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Arthur Prelle | Travelling in a Developing NationWhen most Americans take international vacations or study abroad, they go to nations that are generally developed, with public electricity, sewage, transportation, and more. Trips to developed nations offer the comforts that Americans are used to, but trips to developing nations often have an extra element of adventure that can make the trip unforgettable. If you plan to travel to a nation that’s not quite as developed as the US, here are some tips for you:

You’ll probably spend time without electricity. Unlike the US, where we have electricity with almost no breaks except for storms, many developing nations’ governments can’t afford to keep the electricity on all the time. Sometimes the power outages will be announced, but other times, they’ll appear out of nowhere and last for upwards of 24 hours. Before you leave for your trip, you’ll want to invest in a water purifier, a power bank, and charging cables.

You’ll have to watch where you drink water. Outside the US, tap water isn’t usually safe to drink, and sometime isn’t even safe to bathe in. Always buy your water, and you may want to wipe down the outside so you don’t imbibe any bacteria that live in or on the bottle.

The police and public transportation will not be nearly as organized as they are in the US. We Americans take a lot of pride in the state of our police force and the data that make our roads, buses, and subways so efficient and reliable. However, in nations that are still developing, these systems won’t be well established. The police are easily bribed and won’t be available to provide directions the way US police usually can. You’ll likely need to figure out where to get information and navigate your destination.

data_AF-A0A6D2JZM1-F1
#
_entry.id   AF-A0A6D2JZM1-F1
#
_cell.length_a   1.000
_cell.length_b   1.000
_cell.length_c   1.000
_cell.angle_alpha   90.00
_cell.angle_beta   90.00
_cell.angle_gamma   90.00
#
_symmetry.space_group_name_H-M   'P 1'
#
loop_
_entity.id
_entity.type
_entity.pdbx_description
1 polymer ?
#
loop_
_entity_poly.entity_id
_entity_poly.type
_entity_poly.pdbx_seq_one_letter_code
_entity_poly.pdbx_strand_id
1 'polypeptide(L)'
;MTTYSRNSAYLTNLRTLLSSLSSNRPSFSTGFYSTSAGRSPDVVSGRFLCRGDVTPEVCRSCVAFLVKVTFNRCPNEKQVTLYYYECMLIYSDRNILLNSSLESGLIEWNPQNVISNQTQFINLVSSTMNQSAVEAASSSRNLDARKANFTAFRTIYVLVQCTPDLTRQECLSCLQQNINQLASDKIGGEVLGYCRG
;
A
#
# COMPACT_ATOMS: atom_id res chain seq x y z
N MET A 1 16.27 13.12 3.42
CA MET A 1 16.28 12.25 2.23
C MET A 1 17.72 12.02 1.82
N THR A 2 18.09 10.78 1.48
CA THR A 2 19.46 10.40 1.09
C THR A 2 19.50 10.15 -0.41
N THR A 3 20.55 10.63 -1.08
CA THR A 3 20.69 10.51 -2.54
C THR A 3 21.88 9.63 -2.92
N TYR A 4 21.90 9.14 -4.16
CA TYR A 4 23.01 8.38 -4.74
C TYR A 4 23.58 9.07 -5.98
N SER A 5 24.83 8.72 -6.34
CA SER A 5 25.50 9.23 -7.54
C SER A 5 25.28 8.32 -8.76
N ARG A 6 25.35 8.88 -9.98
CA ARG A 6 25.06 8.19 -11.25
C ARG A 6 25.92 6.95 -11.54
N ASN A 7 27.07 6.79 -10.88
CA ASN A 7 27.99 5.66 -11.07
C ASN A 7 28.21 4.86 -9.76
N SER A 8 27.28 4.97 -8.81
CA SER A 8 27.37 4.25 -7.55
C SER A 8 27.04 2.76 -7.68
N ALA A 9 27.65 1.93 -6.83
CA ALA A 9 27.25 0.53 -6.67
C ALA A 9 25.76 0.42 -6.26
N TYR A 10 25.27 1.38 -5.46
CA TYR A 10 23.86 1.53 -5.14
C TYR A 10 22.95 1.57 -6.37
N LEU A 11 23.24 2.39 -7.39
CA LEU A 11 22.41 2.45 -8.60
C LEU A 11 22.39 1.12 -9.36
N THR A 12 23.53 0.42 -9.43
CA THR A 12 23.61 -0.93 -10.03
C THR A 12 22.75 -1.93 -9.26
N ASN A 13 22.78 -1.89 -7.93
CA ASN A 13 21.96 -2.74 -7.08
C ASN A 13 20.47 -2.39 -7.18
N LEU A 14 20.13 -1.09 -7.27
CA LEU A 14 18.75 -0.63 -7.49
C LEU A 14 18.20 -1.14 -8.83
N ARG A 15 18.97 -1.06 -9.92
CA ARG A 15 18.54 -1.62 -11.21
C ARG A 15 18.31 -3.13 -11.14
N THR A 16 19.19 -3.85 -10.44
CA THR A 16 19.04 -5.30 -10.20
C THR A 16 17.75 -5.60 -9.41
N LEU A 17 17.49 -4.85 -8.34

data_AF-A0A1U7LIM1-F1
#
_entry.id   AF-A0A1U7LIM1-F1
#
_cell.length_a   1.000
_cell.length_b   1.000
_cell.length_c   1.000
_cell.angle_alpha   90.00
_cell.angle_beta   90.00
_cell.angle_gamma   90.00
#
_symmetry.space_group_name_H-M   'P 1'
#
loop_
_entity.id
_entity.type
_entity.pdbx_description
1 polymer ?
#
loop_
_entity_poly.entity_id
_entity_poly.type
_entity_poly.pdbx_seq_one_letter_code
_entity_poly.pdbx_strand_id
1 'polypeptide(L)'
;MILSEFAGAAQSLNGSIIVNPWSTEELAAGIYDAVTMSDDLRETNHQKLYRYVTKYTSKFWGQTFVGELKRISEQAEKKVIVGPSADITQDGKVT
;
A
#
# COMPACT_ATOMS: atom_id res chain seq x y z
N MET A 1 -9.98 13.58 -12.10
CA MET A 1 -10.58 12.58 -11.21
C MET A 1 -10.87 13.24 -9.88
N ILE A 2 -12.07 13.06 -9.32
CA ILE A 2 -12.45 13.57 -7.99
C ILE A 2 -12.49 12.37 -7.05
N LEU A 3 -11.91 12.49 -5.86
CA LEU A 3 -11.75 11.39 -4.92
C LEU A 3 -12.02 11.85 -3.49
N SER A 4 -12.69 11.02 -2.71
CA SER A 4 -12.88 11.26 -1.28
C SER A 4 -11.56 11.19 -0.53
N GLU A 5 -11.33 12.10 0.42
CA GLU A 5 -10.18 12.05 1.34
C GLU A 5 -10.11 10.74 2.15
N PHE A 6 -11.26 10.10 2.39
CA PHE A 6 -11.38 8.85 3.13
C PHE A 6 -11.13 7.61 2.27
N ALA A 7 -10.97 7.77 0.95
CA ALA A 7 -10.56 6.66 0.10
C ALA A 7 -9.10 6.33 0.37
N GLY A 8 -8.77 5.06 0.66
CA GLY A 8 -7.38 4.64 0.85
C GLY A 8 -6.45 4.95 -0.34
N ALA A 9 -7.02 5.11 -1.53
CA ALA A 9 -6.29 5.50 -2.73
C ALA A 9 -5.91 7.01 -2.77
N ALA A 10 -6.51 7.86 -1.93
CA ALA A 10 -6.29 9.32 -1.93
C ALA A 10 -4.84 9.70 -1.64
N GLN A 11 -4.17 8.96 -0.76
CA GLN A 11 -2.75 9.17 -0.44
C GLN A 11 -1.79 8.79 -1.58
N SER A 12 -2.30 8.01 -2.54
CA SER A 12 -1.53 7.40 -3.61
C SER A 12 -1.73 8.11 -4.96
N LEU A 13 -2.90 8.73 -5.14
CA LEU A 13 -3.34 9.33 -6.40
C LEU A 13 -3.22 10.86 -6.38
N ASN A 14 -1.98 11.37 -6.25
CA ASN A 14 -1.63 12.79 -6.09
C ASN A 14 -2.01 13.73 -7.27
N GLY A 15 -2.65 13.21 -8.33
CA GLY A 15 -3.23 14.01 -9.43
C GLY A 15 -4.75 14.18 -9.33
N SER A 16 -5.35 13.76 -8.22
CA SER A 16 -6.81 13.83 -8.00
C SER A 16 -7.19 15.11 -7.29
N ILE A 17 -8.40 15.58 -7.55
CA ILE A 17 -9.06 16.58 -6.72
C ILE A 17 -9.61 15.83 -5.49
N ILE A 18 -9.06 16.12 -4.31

The poverty will be even more heartbreaking. In the US, we tend to take some solace in the fact that our governments and nonprofits offer aid to those in need. However, where the government can barely keep the lights on and the roads repaired, there’s little if anything the government can do for people with physical, cognitive, or mental disabilities, so the beggars have nowhere to go at all. Ask some local people or your tour guide about the social protocol for helping these people, but just know that the hopelessness for those in poverty will strike you in whole new ways.

The food will probably be really carb-heavy. At some point, calories are calories, and in nations where the currency isn’t very strong, the food has to supply immediate energy. Many of the meals will probably be heavily rice- or grain-based since those foods are inexpensive and abundant. If you’re trying to watch your weight while you’re in a developing nation, you’ll have to do some serious running.

People will smell more “natural.” One of the first signs that a nation has turned the corner towards developing is a sharp increase in the amount of soap and other personal hygiene products. But until then, most households don’t spend a lot of their money on soaps and deodorants, especially near the equator where people spend most of their time sweating anyways.

You’ll grow immensely in experience and personal knowledge when you travel to a developing nation, but you need to be prepared for the vast differences between the life of luxury you enjoy the US and the humble lifestyles of those who live in developing nations.